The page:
Lenin’s trouble-shooter, Joseph Stalin, had served with the Red Army on the Polish front and had ineptly interfered with military matters there. He never forgot that humiliating defeat or lost sight of the danger of a resurgent Poland. Stalin had also studied Russian history, particularly that of Ivan the Terrible and the Time of Troubles after his death, when invading Polish armies looted a recumbent Russia. Adopting what Lenin called “Greater Russian chauvinism,” this Georgian-turned-Russian-imperialist henceforth regarded Poland and Poles as a deadly menace.

Many leading Bolsheviks were Poles: indeed, as Davies and many other writers remind us, there were many Jewish Bolsheviks. But there were also a great many murderous Polish Bolsheviks, especially in the secret police including many of the founders of the Cheka, most famously its creator, Felix Dzerzhinsky. Stalin’s brother-in-law Stan Redens, another top Chekist, was also a Pole. We know from the newly opened archives that Stalin, constantly expecting a new war with Poland and distrusting the mixed Polish loyalties of such colleagues, ordered a mini-Polish genocide during the 1937–1938 Great Terror and killed virtually all the ethnic Poles in the top Bolshevik leadership, including his own brother-in-law and many of the leaders’ Polish wives. Thus the notorious Katyn Woods massacre in 1940 of about 28,000 Polish officers by the Soviets on Stalin’s orders following the Soviet invasion of Poland in 1939 was just a continuation of Stalin’s Pole-aphobic purge during the Great Terror.

The shattering of the Hapsburg Empire left Poland squeezed between a resurgent Germany and Communist Russia, both of which regarded it as a bastard child of degenerate bourgeois-capitalist powers. Having abandoned Czechoslovakia to Hitler, the Western Allies finally drew the line at Poland, guaranteeing its borders. Hitler, for his part, in exchange for Stalin’s willingness not to fight against Germany, was prepared to offer him a new tsarist empire consisting of Finland, the Baltics, eastern Poland, and Bessarabia. Stalin accepted, and the Molotov-Ribbentrop Pact was signed in August 1939. Hitler then invaded Poland from the west, and Stalin took his share of the country from the east. A nightmare settled on Poland as Nazi and Bolshevik secret policemen slaughtered their potential opponents, whether they chose them by race or by class. This frenzy culminated in the Katyn Woods massacre in which Stalin executed many of the elite officers of the captured Polish army. On the Nazi side, the Holocaust started in the shtetls of Poland.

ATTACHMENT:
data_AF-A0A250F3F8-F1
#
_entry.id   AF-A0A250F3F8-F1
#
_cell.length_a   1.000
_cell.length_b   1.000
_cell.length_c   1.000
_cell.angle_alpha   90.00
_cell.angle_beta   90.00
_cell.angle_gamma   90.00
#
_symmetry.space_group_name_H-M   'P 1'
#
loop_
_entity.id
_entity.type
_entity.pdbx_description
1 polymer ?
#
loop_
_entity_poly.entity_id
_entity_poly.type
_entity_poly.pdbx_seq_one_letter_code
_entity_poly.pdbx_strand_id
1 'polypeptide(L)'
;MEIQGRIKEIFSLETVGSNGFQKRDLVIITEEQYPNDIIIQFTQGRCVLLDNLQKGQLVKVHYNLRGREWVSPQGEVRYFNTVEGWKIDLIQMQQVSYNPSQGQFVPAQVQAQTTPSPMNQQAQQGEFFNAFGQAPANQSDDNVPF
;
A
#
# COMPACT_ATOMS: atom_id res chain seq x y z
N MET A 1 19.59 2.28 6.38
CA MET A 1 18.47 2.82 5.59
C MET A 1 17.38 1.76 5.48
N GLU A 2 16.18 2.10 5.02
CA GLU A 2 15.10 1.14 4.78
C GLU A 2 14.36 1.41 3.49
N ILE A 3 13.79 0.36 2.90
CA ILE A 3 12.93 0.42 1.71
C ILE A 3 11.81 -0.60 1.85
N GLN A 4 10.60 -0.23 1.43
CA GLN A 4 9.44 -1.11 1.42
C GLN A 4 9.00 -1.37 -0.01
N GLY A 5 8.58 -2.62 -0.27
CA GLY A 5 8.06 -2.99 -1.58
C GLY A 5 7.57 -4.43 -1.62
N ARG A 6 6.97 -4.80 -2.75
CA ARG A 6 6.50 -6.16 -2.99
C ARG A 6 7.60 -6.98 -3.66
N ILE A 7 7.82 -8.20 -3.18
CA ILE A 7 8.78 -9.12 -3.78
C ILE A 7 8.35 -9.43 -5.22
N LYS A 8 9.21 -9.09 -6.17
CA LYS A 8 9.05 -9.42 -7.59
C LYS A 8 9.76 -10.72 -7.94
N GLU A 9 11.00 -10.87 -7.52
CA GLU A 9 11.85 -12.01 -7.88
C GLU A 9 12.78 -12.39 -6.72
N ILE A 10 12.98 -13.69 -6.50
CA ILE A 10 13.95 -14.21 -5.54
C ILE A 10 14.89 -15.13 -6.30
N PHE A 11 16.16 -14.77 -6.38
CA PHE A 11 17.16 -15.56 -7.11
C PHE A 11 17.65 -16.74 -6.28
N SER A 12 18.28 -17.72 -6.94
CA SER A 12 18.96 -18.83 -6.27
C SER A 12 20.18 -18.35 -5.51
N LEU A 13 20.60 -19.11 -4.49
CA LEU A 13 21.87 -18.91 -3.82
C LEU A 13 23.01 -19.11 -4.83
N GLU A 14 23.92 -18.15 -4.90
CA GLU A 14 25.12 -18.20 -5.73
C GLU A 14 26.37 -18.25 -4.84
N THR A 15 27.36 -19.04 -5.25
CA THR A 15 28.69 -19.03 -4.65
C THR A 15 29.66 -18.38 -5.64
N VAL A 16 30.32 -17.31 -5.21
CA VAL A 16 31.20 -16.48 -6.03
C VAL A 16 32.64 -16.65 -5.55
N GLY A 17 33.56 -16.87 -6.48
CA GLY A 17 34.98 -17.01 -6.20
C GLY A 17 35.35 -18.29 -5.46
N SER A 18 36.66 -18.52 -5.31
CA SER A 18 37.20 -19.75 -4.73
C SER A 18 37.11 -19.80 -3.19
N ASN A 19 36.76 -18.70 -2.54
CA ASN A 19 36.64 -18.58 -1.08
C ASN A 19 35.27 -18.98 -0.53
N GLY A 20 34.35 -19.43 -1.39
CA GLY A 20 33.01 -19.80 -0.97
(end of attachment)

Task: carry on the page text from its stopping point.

A key point about the Warsaw Uprising and the fate of Poland is that Stalin never gave up his claim to the borders that Hitler had granted him in 1939 nor the hatred of Poland he had gained in 1920. Nor did he lose his murderous suspicion, expressed in the Katyn massacre, of any Polish elite that might interfere with his vision of a Stalinist Poland. However arbitrarily he alternated between charm and threat, his is the most consistent vision of Poland in Davies’s book, and he possessed all the cruel and persistent cunning to realize it.


Davies gives an excellent account of the murderous and irrational Bolshevik terror society, from Stalin and his secret policemen to his superb commander on the Vistula, the ethnically Polish Marshal Konstantin Rokossovsky. Davies explains how the Soviet dictator had purged the entire Polish Communist Party, leaving him to insert his own thoroughly submissive vassals into Poland when it suited him. He begins with a superb analysis of how the Nazi invasion of Poland started World War II: to make his point that Poland was a Western ally against Hitler long before Stalinist Russia, Davies calls it the “First Ally” throughout the text.

From the start of the Nazi–Soviet partition of Poland, Stalin had been clear that Poland could not return to its pre-war borders and his views did not change even when Hitler invaded Russia. Indeed, far from treating it as the “First Ally,” Stalin would effectively treat Poland as the spoils of war. Roosevelt and Churchill, whether from weakness or steely concentration on defeating Germany, allowed Stalin “to act as he thought fit” in imposing borders on the new Poland.


Despite this looming reality, the exiled Polish government, based in London and led by Premier Stanisl/aw Mikol/ajczyk, hoped that with the backing of the Western Allies, a compromise could be worked out with Stalin both about the borders and about support for an uprising of the Home Army. “One cannot repeat often enough,” Davies reminds us,

that anyone who thinks that it was the frontier of Russia, not the Soviet Union, which the Germans crossed in June 1941 will already have lost the plot…. All the interested parties without exception had their own interpretation of history, their own claims, their own propaganda….

In fact the Germans in June 1941 invaded not Russia but the sector of Poland occupied by the Soviets. Stalin quickly learned from Molotov’s first negotiations with the Allies and his own meeting with them at Tehran in November 1943 that Churchill and Roosevelt were anxious to win his favor; the interests of Poland were secondary to this. Indeed, as it turned out, Stalin could do as he saw fit with the eastern borders, keeping what he liked, eventually compensating Poland with German territory in the West.